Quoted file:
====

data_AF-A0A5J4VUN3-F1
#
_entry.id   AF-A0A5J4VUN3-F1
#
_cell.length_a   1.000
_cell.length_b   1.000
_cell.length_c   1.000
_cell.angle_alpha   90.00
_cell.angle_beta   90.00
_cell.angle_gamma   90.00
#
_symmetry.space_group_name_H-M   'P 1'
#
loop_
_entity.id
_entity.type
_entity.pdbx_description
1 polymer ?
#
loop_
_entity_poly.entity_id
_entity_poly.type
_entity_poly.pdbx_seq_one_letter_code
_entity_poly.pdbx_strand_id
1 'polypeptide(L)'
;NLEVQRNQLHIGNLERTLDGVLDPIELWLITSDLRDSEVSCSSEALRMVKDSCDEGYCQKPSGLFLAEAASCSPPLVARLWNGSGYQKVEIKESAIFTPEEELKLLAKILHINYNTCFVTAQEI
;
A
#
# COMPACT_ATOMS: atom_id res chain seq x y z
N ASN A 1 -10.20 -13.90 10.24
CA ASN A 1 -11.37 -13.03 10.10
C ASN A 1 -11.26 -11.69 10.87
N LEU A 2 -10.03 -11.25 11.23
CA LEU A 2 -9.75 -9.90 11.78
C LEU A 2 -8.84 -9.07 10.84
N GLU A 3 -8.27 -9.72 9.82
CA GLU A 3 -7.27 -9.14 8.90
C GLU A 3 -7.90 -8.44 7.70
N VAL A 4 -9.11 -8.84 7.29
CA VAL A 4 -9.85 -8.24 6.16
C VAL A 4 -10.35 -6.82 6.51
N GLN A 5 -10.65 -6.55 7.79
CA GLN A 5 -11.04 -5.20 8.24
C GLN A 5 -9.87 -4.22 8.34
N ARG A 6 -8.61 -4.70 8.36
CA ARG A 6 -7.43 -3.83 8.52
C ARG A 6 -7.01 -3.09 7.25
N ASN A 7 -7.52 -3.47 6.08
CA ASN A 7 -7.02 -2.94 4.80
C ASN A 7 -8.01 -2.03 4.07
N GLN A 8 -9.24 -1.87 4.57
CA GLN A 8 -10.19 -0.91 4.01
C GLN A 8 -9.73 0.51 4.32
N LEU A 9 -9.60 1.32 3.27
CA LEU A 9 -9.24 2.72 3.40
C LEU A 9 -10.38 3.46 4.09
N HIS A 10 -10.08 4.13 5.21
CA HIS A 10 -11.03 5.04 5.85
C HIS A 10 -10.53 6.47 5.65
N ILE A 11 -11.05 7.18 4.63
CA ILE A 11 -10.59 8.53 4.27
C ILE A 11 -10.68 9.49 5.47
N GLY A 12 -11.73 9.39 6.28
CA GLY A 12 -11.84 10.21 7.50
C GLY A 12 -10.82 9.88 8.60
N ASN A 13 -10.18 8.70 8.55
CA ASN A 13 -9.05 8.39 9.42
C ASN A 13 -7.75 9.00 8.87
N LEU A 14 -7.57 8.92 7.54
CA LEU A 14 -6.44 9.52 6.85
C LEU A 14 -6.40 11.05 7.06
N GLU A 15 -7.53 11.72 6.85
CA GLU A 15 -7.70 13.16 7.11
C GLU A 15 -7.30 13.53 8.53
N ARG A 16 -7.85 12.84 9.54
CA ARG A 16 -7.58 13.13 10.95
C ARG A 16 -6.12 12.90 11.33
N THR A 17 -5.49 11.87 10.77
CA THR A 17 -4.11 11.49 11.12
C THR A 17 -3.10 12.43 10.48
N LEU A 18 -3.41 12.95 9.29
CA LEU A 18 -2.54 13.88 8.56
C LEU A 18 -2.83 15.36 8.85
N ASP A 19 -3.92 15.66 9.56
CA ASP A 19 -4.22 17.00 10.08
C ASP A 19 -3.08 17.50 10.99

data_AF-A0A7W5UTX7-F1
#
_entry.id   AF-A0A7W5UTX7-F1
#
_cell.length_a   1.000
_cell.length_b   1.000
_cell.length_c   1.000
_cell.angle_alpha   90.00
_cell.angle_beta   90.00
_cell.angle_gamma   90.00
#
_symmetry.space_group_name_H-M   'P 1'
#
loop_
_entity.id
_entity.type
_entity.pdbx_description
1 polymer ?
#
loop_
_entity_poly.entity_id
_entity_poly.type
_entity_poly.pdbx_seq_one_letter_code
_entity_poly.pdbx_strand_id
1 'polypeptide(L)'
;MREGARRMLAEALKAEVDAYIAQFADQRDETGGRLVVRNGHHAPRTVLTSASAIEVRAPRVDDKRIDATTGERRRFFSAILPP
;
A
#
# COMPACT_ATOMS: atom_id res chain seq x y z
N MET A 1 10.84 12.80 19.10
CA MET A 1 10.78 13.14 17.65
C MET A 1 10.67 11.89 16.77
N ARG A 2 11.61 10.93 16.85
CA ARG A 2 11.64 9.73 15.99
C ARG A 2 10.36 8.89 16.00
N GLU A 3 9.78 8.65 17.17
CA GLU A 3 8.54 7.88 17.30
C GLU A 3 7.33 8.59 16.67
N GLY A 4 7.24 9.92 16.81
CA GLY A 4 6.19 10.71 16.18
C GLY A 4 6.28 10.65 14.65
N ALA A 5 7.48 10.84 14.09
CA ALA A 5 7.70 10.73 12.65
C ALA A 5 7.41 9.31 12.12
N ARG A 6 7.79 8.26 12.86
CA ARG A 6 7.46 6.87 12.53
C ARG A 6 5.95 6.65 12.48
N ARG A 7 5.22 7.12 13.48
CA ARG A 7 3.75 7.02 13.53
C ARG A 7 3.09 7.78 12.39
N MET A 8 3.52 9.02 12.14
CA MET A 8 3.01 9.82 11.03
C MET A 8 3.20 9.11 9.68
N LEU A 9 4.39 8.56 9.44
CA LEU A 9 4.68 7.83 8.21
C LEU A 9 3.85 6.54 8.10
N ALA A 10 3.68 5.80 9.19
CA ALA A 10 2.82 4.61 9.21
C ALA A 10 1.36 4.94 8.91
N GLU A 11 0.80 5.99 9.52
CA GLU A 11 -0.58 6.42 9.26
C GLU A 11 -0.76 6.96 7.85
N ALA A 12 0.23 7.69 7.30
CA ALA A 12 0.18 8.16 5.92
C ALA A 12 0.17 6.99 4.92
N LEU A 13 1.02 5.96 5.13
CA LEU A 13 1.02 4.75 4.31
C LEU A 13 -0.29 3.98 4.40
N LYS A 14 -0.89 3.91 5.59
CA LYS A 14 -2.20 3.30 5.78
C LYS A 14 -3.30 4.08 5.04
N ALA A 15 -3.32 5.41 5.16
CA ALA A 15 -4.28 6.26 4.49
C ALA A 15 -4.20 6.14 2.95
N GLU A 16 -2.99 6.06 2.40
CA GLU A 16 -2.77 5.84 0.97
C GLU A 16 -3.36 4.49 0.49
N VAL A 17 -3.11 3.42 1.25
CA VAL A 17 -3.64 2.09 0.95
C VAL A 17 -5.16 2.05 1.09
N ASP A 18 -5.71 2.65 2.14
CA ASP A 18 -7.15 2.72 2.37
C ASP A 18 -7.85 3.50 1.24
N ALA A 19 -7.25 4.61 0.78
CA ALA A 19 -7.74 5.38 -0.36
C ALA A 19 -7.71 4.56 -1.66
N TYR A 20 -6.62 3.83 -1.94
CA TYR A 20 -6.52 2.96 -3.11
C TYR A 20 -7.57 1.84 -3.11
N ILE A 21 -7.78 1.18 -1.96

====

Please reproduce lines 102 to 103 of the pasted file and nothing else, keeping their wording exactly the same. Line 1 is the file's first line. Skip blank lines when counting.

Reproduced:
_entity.id
_entity.type